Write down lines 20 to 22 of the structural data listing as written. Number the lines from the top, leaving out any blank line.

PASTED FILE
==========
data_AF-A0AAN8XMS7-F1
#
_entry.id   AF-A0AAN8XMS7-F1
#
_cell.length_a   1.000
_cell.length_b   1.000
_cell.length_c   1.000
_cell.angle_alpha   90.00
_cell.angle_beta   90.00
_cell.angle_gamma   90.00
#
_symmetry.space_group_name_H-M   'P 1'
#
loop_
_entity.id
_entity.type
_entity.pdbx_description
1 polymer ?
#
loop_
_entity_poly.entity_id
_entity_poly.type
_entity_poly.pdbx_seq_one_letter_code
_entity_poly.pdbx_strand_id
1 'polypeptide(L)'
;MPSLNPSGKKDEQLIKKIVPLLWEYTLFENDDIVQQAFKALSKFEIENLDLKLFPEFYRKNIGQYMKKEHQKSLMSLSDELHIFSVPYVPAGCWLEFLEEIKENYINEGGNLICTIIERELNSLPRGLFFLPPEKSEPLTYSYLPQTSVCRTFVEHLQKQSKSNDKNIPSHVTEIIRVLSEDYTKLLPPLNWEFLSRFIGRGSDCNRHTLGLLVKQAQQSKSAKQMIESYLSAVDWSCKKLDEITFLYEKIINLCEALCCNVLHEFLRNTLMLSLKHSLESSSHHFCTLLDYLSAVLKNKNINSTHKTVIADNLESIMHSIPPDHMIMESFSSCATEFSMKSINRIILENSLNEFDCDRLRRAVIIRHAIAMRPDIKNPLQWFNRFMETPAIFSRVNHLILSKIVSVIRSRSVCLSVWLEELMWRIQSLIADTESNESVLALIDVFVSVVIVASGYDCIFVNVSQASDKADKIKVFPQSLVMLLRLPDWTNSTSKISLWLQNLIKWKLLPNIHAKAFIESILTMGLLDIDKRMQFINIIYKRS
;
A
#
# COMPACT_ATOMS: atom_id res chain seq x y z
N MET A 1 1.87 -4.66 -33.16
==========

loop_
_entity_poly.entity_id
_entity_poly.type